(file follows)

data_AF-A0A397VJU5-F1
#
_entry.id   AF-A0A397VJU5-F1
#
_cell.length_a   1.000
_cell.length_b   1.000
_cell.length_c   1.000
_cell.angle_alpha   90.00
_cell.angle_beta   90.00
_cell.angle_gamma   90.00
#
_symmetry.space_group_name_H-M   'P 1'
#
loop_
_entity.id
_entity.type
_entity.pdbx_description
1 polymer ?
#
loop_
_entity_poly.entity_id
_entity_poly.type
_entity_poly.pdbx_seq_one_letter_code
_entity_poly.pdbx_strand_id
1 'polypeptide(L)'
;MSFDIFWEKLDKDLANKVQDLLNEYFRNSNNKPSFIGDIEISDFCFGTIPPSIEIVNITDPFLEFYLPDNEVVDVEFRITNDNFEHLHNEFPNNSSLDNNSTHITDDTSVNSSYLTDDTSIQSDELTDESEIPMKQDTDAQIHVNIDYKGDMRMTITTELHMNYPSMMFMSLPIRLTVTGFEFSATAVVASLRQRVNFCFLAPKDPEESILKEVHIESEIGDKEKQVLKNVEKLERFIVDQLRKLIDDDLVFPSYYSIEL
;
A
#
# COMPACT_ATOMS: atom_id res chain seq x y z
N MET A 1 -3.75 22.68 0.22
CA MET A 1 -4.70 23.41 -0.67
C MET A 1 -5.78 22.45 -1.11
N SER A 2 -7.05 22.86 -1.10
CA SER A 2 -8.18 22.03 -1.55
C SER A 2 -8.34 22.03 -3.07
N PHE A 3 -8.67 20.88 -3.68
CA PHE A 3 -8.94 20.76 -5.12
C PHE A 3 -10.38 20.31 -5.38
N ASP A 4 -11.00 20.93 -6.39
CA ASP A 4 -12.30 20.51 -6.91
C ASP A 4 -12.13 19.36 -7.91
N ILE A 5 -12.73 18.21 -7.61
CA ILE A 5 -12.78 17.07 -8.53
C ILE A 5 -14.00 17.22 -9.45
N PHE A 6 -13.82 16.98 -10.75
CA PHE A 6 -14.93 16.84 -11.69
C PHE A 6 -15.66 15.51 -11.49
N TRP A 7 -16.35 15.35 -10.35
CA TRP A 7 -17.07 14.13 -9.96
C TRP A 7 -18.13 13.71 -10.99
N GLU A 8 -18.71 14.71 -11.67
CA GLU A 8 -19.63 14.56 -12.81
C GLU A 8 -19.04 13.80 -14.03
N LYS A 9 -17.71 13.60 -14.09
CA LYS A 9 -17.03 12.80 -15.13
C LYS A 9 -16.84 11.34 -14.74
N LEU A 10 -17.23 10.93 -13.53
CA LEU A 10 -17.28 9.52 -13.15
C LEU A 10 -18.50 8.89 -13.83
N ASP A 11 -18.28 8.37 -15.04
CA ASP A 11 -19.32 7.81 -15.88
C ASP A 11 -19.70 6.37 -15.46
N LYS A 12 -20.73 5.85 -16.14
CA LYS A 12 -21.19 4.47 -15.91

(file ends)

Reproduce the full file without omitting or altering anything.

data_AF-A0A397VJU5-F1
#
_entry.id   AF-A0A397VJU5-F1
#
_cell.length_a   1.000
_cell.length_b   1.000
_cell.length_c   1.000
_cell.angle_alpha   90.00
_cell.angle_beta   90.00
_cell.angle_gamma   90.00
#
_symmetry.space_group_name_H-M   'P 1'
#
loop_
_entity.id
_entity.type
_entity.pdbx_description
1 polymer ?
#
loop_
_entity_poly.entity_id
_entity_poly.type
_entity_poly.pdbx_seq_one_letter_code
_entity_poly.pdbx_strand_id
1 'polypeptide(L)'
;MSFDIFWEKLDKDLANKVQDLLNEYFRNSNNKPSFIGDIEISDFCFGTIPPSIEIVNITDPFLEFYLPDNEVVDVEFRITNDNFEHLHNEFPNNSSLDNNSTHITDDTSVNSSYLTDDTSIQSDELTDESEIPMKQDTDAQIHVNIDYKGDMRMTITTELHMNYPSMMFMSLPIRLTVTGFEFSATAVVASLRQRVNFCFLAPKDPEESILKEVHIESEIGDKEKQVLKNVEKLERFIVDQLRKLIDDDLVFPSYYSIEL
;
A
#
# COMPACT_ATOMS: atom_id res chain seq x y z
N MET A 1 -3.75 22.68 0.22
CA MET A 1 -4.70 23.41 -0.67
C MET A 1 -5.78 22.45 -1.11
N SER A 2 -7.05 22.86 -1.10
CA SER A 2 -8.18 22.03 -1.55
C SER A 2 -8.34 22.03 -3.07
N PHE A 3 -8.67 20.88 -3.68
CA PHE A 3 -8.94 20.76 -5.12
C PHE A 3 -10.38 20.31 -5.38
N ASP A 4 -11.00 20.93 -6.39
CA ASP A 4 -12.30 20.51 -6.91
C ASP A 4 -12.13 19.36 -7.91
N ILE A 5 -12.73 18.21 -7.61
CA ILE A 5 -12.78 17.07 -8.53
C ILE A 5 -14.00 17.22 -9.45
N PHE A 6 -13.82 16.98 -10.75
CA PHE A 6 -14.93 16.84 -11.69
C PHE A 6 -15.66 15.51 -11.49
N TRP A 7 -16.35 15.35 -10.35
CA TRP A 7 -17.07 14.13 -9.96
C TRP A 7 -18.13 13.71 -10.99
N GLU A 8 -18.71 14.71 -11.67
CA GLU A 8 -19.63 14.56 -12.81
C GLU A 8 -19.04 13.80 -14.03
N LYS A 9 -17.71 13.60 -14.09
CA LYS A 9 -17.03 12.80 -15.13
C LYS A 9 -16.84 11.34 -14.74
N LEU A 10 -17.23 10.93 -13.53
CA LEU A 10 -17.28 9.52 -13.15
C LEU A 10 -18.50 8.89 -13.83
N ASP A 11 -18.28 8.37 -15.04
CA ASP A 11 -19.32 7.81 -15.88
C ASP A 11 -19.70 6.37 -15.46
N LYS A 12 -20.73 5.85 -16.14
CA LYS A 12 -21.19 4.47 -15.91